Debord, Guy

DAVID REDMON

University of Kent at Canterbury, UK

DOI: 10.1002/9781118989463.wbeccs092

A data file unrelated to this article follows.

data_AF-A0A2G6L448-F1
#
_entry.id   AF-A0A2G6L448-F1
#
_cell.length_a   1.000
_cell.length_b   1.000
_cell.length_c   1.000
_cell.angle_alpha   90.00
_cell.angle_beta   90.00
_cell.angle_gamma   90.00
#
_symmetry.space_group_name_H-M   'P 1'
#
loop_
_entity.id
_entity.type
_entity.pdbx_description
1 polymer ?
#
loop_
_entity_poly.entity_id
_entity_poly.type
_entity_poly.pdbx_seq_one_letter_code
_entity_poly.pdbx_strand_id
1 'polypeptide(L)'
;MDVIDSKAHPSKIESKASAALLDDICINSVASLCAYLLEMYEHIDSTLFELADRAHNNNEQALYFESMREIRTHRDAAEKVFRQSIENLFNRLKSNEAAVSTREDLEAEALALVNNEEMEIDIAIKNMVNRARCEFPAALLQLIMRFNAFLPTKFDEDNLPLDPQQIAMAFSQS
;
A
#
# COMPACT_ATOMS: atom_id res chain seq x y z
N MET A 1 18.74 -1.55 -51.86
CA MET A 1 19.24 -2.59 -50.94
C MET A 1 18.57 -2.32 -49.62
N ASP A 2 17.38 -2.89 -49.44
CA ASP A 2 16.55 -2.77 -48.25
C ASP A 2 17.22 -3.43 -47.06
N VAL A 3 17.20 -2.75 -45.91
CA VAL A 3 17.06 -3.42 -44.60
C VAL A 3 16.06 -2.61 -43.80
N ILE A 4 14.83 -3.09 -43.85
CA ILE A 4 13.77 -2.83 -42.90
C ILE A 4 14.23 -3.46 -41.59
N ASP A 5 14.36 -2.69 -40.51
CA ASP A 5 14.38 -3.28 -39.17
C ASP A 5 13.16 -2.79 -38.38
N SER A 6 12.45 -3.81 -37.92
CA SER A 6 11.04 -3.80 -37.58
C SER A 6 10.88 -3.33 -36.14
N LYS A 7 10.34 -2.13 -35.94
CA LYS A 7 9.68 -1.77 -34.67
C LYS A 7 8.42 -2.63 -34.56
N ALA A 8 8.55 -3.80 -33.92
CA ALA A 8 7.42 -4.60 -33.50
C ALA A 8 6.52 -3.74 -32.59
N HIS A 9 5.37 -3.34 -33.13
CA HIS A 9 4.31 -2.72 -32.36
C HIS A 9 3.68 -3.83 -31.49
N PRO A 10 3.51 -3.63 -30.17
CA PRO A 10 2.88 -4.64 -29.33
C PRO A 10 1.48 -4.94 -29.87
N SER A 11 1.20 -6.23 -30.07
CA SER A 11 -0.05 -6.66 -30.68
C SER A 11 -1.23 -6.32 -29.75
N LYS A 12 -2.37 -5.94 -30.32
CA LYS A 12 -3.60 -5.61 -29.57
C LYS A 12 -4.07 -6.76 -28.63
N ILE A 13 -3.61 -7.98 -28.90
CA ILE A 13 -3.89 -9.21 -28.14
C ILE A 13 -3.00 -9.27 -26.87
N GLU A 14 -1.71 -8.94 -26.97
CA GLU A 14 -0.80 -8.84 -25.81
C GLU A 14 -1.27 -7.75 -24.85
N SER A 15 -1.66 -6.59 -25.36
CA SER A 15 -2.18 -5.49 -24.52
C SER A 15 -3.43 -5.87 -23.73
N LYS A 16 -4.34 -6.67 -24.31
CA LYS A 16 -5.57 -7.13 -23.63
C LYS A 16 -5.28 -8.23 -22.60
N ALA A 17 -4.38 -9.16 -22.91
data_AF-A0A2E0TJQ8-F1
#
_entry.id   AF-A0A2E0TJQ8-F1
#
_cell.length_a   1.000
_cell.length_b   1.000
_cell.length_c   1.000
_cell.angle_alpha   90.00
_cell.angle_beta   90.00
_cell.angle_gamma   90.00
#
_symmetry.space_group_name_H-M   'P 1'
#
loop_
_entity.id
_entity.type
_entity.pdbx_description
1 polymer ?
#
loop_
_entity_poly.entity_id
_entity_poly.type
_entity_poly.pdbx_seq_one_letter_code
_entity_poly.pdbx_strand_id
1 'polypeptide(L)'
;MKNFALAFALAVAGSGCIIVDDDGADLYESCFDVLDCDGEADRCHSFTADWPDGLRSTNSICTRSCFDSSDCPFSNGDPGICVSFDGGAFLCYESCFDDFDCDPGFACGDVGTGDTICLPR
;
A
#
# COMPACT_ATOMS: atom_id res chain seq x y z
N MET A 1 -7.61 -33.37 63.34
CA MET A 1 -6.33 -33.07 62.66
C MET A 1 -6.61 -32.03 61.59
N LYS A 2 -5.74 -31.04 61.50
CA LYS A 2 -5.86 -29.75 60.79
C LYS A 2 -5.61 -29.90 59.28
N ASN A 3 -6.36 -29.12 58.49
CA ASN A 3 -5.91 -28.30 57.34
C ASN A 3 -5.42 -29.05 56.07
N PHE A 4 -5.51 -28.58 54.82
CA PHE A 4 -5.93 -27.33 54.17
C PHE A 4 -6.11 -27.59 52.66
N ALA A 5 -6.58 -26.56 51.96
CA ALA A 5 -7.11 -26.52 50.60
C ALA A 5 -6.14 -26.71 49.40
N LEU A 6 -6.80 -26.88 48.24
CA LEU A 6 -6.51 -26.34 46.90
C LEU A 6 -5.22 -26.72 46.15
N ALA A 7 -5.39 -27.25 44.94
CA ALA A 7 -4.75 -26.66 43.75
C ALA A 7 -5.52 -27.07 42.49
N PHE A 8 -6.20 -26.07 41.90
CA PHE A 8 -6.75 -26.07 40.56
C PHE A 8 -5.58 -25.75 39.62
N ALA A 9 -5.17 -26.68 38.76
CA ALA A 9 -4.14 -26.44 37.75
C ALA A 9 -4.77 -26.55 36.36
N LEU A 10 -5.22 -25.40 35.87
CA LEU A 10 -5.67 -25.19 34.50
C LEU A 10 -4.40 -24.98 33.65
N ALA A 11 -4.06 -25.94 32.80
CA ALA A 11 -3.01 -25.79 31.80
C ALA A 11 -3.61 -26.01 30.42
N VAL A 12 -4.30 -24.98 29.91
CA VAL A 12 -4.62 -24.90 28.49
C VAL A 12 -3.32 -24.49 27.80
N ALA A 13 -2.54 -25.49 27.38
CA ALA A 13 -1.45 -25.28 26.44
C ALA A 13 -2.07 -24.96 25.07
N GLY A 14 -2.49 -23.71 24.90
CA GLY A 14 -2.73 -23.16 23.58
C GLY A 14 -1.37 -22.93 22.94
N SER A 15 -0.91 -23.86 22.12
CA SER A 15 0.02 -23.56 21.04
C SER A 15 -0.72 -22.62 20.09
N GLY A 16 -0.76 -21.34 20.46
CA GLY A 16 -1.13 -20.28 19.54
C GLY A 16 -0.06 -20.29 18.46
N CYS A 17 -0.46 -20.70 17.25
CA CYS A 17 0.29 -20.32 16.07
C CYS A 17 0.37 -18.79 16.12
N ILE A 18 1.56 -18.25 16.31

Guy Debord (1931–94), the founding member of the social revolutionary organization Situationist International, is most famous for his polemic The Society of the Spectacle – a montage of theoretical writings which analyzed the transformation of a society organized around production and manufacturing into one organized around the consumption of “an immense accumulation of spectacles.” According to Best and Kellner (1997, 81), Debord sought to update the Marxian emphasis on class struggle, capital, and factory work by directing attention to the accumulation of capital through a series of integrated images that manufacture reality. Capitalism recreates space in its own image in a wide range of venues, from the total institutions of packaged tourist resorts, to the malls across America, to the fabricated fantasies of Las Vegas, Disneyland, and New Orleans' Mardi Gras. Media institutions, such as CNN, MTV, Fox News, CBC, ARTE, and the BBC, have become fully integrated forms of “infotainment”: commodified installations of reality television and celebrity ethos that merge subjectivity with consumer culture. This global merger of ubiquitous image and subjectivity creates a “spectacular” society. Spectacular society, according to Debord, is an apparatus of fabricated social relations in which institutions socialize people by manipulating their relationship to images; it is a reified world where ...

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